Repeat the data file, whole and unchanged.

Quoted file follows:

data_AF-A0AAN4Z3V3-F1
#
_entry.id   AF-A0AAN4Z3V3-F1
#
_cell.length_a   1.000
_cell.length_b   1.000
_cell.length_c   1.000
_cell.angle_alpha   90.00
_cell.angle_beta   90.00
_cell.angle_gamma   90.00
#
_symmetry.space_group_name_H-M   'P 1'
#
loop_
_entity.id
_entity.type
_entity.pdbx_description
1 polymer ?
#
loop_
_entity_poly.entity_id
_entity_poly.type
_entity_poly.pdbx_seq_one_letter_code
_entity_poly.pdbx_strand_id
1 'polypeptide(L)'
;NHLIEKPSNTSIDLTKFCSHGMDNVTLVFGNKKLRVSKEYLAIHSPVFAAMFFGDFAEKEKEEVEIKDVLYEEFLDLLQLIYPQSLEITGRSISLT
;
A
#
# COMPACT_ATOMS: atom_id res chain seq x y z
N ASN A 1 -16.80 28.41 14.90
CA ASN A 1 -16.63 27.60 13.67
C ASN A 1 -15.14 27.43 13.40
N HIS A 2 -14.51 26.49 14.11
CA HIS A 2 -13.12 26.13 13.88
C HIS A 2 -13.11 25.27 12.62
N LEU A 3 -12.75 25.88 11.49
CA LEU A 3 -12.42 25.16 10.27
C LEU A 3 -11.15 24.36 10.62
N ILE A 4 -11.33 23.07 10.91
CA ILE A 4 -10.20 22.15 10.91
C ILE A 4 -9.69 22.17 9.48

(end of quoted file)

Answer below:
data_AF-A0AAN4Z3V3-F1
#
_entry.id   AF-A0AAN4Z3V3-F1
#
_cell.length_a   1.000
_cell.length_b   1.000
_cell.length_c   1.000
_cell.angle_alpha   90.00
_cell.angle_beta   90.00
_cell.angle_gamma   90.00
#
_symmetry.space_group_name_H-M   'P 1'
#
loop_
_entity.id
_entity.type
_entity.pdbx_description
1 polymer ?
#
loop_
_entity_poly.entity_id
_entity_poly.type
_entity_poly.pdbx_seq_one_letter_code
_entity_poly.pdbx_strand_id
1 'polypeptide(L)'
;NHLIEKPSNTSIDLTKFCSHGMDNVTLVFGNKKLRVSKEYLAIHSPVFAAMFFGDFAEKEKEEVEIKDVLYEEFLDLLQLIYPQSLEITGRSISLT
;
A
#
# COMPACT_ATOMS: atom_id res chain seq x y z
N ASN A 1 -16.80 28.41 14.90
CA ASN A 1 -16.63 27.60 13.67
C ASN A 1 -15.14 27.43 13.40
N HIS A 2 -14.51 26.49 14.11
CA HIS A 2 -13.12 26.13 13.88
C HIS A 2 -13.11 25.27 12.62
N LEU A 3 -12.75 25.88 11.49
CA LEU A 3 -12.42 25.16 10.27
C LEU A 3 -11.15 24.36 10.62
N ILE A 4 -11.33 23.07 10.91
CA ILE A 4 -10.20 22.15 10.91
C ILE A 4 -9.69 22.17 9.48